Citizenship act got it right | Editorial | Opinion | Toronto Sun

As usual, the Sun misrepresents the issue: it is mainly about where you are born. Those born Canadian extremists (e.g., Damian Clairmont, André Poulin, the Gordon brothers, John Maguire) would not be subject to revocation, given where they were born and lack of dual nationality.

Those who came to Canada as children, like Shirdon, would be subject to revocation, based upon dual citizenship, actual or potential. Some, again like Shirdon,  were part of the same Calgary cell.

Different punishment for the same crime.

Won’t stand up in court, which the Government’s track record on a number of crime and other issues highlights:

On Thursday morning a reporter asked the Liberal leader in a scrum if Canadians who go abroad to fight with terrorists should be stripped of their citizenship.

Here’s his response: “Canada has strong rules and penalties surrounding enforcing acts of terrorism. A two-tier citizenship system concerns me. The idea that some people because of behaviour, no matter how reprehensible, makes it conditional for anyone who gains Canadian citizenship without being born here. That is one of the principles that has made Canada great, that a Canadian is a Canadian is a Canadian.”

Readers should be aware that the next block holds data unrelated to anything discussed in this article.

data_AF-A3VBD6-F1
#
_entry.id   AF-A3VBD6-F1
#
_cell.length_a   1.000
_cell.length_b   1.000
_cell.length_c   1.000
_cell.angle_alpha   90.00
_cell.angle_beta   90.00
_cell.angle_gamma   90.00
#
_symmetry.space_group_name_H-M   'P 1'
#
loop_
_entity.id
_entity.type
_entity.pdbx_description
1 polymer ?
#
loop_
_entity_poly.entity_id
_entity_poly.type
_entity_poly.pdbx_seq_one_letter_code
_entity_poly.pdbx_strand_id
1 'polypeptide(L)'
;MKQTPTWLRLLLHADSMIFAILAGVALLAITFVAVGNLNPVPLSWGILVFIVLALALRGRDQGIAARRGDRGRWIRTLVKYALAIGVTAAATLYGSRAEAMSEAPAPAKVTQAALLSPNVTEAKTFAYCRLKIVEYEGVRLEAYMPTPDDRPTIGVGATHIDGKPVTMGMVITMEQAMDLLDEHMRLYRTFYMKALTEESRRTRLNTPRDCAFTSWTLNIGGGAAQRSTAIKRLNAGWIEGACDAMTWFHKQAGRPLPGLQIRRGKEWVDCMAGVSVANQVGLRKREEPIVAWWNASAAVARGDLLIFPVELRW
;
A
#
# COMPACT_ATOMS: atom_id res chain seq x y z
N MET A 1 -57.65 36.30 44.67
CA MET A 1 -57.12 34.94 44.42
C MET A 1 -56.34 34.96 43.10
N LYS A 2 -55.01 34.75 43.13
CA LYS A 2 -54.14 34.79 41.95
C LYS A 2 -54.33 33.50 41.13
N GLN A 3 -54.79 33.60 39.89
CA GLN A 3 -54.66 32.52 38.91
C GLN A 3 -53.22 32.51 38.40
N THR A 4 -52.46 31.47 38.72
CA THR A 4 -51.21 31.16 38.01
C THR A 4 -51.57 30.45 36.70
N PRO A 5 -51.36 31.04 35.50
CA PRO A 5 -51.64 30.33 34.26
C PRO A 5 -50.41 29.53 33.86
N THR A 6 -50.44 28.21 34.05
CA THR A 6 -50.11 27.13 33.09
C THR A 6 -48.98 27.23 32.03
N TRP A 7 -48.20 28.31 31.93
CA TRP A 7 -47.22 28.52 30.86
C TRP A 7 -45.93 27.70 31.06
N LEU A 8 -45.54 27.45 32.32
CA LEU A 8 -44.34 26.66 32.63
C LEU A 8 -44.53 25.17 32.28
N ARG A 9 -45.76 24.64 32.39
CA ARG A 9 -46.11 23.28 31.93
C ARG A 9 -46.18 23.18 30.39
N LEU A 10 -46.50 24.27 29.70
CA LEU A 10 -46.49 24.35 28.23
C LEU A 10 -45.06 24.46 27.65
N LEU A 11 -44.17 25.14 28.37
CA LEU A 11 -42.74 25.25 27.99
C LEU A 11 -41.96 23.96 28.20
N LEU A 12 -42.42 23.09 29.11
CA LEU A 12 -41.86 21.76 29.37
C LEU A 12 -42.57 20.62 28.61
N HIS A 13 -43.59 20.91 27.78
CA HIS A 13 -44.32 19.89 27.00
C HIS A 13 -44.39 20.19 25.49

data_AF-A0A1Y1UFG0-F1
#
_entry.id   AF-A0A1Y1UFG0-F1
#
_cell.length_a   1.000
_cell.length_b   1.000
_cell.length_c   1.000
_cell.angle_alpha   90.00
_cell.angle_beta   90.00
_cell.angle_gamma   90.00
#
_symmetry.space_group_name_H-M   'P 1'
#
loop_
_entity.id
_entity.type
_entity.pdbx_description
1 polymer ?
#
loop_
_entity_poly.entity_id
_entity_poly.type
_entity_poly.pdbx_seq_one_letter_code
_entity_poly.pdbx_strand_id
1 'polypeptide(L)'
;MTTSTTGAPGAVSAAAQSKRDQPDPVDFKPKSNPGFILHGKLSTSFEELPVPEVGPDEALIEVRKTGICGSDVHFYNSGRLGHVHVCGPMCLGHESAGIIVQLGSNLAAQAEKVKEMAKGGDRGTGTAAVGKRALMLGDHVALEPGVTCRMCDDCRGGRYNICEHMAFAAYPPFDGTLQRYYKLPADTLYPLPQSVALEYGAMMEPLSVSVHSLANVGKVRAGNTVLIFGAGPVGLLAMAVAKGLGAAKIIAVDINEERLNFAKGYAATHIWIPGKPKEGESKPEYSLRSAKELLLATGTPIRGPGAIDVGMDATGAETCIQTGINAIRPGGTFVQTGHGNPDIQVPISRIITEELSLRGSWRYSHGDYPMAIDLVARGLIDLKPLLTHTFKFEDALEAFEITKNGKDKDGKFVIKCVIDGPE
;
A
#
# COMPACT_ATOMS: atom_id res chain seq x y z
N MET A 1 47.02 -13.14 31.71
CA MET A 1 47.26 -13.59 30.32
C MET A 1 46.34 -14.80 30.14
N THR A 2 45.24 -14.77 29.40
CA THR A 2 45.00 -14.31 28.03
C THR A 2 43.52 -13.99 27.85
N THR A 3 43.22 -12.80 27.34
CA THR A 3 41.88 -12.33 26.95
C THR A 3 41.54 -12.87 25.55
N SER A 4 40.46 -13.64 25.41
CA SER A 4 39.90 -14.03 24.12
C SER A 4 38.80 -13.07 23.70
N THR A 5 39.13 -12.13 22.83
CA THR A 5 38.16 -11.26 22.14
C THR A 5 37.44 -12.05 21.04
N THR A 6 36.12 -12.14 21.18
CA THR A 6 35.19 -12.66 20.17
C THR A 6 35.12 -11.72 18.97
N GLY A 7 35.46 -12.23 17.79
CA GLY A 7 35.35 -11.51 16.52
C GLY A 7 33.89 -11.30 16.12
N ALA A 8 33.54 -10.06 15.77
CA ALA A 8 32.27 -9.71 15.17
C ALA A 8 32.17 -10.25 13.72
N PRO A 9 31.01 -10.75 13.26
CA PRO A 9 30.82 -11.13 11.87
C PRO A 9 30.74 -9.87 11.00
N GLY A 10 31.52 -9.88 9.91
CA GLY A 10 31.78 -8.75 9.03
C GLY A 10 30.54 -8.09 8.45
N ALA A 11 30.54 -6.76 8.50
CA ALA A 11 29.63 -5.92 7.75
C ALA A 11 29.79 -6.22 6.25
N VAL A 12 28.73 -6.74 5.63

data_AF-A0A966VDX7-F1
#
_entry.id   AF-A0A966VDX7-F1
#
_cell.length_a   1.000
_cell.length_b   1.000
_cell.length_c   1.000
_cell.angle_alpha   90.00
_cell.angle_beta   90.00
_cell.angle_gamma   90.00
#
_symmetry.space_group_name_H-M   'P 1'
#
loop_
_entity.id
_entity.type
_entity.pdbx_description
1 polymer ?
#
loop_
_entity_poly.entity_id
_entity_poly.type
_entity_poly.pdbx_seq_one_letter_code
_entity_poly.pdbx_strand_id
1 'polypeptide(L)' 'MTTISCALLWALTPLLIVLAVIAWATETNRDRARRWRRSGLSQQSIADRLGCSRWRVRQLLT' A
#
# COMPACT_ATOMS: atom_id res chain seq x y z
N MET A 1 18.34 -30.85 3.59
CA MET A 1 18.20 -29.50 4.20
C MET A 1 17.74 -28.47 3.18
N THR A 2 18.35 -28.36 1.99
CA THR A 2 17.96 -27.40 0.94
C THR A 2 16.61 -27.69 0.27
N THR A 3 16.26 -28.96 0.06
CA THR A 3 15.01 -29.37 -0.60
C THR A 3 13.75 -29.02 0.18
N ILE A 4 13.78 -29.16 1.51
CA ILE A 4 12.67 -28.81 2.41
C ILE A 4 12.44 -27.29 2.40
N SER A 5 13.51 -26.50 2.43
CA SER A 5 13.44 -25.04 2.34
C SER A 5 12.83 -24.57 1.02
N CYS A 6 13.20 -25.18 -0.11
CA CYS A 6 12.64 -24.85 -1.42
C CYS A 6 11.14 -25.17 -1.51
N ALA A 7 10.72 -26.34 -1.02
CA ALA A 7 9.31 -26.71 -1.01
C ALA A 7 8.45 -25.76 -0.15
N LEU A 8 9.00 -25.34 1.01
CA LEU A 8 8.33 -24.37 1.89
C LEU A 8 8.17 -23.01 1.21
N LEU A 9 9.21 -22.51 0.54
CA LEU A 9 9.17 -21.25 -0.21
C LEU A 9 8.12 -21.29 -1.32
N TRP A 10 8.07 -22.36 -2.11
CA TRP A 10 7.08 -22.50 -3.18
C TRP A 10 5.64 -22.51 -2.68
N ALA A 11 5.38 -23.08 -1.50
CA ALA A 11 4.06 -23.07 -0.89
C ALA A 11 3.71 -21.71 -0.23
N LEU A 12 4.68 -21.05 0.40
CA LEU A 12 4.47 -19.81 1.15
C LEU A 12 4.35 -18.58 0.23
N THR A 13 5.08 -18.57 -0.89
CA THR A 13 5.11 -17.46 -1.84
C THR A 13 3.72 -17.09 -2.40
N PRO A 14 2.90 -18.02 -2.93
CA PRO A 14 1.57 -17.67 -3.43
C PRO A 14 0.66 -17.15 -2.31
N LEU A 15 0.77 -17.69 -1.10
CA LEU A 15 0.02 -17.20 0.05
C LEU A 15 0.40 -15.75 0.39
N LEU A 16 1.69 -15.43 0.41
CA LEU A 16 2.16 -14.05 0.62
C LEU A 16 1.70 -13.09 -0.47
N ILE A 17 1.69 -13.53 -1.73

First, let’s clarify a matter. It has nothing to do with where you’re born. It just matters that you’re a dual national.

But everyone should be upset with his closing line. Is Trudeau serious lumping everyone in together? Does he really think we can’t draw distinctions between people? What about Farah Mohamed Shirdon?

Citizenship act got it right | Editorial | Opinion | Toronto Sun.

About Andrew
Andrew blogs and tweets public policy issues, particularly the relationship between the political and bureaucratic levels, citizenship and multiculturalism. His latest book, Policy Arrogance or Innocent Bias, recounts his experience as a senior public servant in this area.

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